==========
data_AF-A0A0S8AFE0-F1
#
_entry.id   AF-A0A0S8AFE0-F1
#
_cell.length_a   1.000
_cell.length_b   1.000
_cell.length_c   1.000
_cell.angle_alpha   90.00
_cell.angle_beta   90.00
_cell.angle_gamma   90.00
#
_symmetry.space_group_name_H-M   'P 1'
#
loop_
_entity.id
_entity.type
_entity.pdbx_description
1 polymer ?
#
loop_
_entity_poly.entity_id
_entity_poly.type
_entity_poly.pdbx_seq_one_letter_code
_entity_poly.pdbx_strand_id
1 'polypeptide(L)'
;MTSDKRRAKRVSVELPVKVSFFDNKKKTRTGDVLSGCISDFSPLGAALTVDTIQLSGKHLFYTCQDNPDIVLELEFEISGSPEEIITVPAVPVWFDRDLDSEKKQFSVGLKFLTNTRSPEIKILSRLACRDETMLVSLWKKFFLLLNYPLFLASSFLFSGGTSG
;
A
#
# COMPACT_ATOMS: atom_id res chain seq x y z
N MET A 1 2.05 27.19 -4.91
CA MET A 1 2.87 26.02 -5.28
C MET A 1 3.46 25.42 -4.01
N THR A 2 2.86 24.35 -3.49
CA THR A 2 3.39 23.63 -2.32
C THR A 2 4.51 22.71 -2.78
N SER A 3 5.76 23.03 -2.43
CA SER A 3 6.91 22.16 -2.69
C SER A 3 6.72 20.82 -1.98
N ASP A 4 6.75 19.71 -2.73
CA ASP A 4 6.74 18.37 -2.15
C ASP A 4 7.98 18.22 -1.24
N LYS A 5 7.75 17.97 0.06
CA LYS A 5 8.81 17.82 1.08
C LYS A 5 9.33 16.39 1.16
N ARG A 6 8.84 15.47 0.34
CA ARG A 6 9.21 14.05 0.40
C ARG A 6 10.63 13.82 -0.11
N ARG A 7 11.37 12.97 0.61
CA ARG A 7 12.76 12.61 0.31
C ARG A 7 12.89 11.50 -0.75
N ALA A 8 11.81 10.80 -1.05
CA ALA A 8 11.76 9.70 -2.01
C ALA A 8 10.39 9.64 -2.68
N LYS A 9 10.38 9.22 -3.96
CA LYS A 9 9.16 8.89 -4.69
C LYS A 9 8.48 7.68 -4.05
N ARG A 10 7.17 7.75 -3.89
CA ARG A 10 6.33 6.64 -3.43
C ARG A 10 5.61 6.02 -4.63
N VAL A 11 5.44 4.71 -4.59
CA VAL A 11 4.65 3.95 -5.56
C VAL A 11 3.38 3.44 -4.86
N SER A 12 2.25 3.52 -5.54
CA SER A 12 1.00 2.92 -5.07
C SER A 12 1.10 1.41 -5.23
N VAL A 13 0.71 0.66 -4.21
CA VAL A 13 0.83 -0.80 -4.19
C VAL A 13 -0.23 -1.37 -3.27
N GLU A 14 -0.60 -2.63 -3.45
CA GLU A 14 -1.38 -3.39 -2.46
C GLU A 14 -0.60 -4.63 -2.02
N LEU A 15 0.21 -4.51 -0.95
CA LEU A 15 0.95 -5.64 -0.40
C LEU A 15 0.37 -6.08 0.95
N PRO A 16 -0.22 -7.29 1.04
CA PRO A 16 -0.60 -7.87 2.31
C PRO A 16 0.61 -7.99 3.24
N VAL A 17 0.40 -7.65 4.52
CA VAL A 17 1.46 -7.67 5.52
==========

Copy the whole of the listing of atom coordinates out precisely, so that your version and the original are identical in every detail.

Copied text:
data_AF-A0A0S8AFE0-F1
#
_entry.id   AF-A0A0S8AFE0-F1
#
_cell.length_a   1.000
_cell.length_b   1.000
_cell.length_c   1.000
_cell.angle_alpha   90.00
_cell.angle_beta   90.00
_cell.angle_gamma   90.00
#
_symmetry.space_group_name_H-M   'P 1'
#
loop_
_entity.id
_entity.type
_entity.pdbx_description
1 polymer ?
#
loop_
_entity_poly.entity_id
_entity_poly.type
_entity_poly.pdbx_seq_one_letter_code
_entity_poly.pdbx_strand_id
1 'polypeptide(L)'
;MTSDKRRAKRVSVELPVKVSFFDNKKKTRTGDVLSGCISDFSPLGAALTVDTIQLSGKHLFYTCQDNPDIVLELEFEISGSPEEIITVPAVPVWFDRDLDSEKKQFSVGLKFLTNTRSPEIKILSRLACRDETMLVSLWKKFFLLLNYPLFLASSFLFSGGTSG
;
A
#
# COMPACT_ATOMS: atom_id res chain seq x y z
N MET A 1 2.05 27.19 -4.91
CA MET A 1 2.87 26.02 -5.28
C MET A 1 3.46 25.42 -4.01
N THR A 2 2.86 24.35 -3.49
CA THR A 2 3.39 23.63 -2.32
C THR A 2 4.51 22.71 -2.78
N SER A 3 5.76 23.03 -2.43
CA SER A 3 6.91 22.16 -2.69
C SER A 3 6.72 20.82 -1.98
N ASP A 4 6.75 19.71 -2.73
CA ASP A 4 6.74 18.37 -2.15
C ASP A 4 7.98 18.22 -1.24
N LYS A 5 7.75 17.97 0.06
CA LYS A 5 8.81 17.82 1.08
C LYS A 5 9.33 16.39 1.16
N ARG A 6 8.84 15.47 0.34
CA ARG A 6 9.21 14.05 0.40
C ARG A 6 10.63 13.82 -0.11
N ARG A 7 11.37 12.97 0.61
CA ARG A 7 12.76 12.61 0.31
C ARG A 7 12.89 11.50 -0.75
N ALA A 8 11.81 10.80 -1.05
CA ALA A 8 11.76 9.70 -2.01
C ALA A 8 10.39 9.64 -2.68
N LYS A 9 10.38 9.22 -3.96
CA LYS A 9 9.16 8.89 -4.69
C LYS A 9 8.48 7.68 -4.05
N ARG A 10 7.17 7.75 -3.89
CA ARG A 10 6.33 6.64 -3.43
C ARG A 10 5.61 6.02 -4.63
N VAL A 11 5.44 4.71 -4.59
CA VAL A 11 4.65 3.95 -5.56
C VAL A 11 3.38 3.44 -4.86
N SER A 12 2.25 3.52 -5.54
CA SER A 12 1.00 2.92 -5.07
C SER A 12 1.10 1.41 -5.23
N VAL A 13 0.71 0.66 -4.21
CA VAL A 13 0.83 -0.80 -4.19
C VAL A 13 -0.23 -1.37 -3.27
N GLU A 14 -0.60 -2.63 -3.45
CA GLU A 14 -1.38 -3.39 -2.46
C GLU A 14 -0.60 -4.63 -2.02
N LEU A 15 0.21 -4.51 -0.95
CA LEU A 15 0.95 -5.64 -0.40
C LEU A 15 0.37 -6.08 0.95
N PRO A 16 -0.22 -7.29 1.04
CA PRO A 16 -0.60 -7.87 2.31
C PRO A 16 0.61 -7.99 3.24
N VAL A 17 0.40 -7.65 4.52
CA VAL A 17 1.46 -7.67 5.52